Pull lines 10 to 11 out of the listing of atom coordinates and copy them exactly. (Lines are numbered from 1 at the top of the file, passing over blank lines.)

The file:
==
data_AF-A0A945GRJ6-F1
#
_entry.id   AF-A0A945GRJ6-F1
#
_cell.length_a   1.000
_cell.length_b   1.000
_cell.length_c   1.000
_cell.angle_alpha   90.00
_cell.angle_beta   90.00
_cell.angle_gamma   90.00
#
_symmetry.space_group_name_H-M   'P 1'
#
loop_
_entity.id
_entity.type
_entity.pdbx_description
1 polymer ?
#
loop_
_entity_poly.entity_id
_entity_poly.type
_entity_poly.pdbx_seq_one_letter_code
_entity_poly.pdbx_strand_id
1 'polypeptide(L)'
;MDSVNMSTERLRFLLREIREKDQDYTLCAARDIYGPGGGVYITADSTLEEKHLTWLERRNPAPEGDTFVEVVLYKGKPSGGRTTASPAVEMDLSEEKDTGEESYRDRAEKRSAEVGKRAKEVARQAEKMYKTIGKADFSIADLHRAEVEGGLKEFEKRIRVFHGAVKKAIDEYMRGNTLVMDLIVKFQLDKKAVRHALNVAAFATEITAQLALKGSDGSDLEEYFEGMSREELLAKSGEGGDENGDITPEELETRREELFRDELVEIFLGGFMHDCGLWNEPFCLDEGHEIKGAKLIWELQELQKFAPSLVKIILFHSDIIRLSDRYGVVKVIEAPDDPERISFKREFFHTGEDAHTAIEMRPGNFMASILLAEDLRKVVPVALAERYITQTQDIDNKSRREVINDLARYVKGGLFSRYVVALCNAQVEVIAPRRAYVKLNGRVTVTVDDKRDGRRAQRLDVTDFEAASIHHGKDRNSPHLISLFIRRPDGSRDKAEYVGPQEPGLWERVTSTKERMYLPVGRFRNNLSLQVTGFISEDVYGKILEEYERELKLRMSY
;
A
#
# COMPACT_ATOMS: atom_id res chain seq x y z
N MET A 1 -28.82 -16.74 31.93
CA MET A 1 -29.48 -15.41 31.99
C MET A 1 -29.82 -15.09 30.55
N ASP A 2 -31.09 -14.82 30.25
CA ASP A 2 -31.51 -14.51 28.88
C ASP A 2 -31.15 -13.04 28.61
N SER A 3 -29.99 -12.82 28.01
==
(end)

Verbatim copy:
_cell.angle_gamma   90.00
#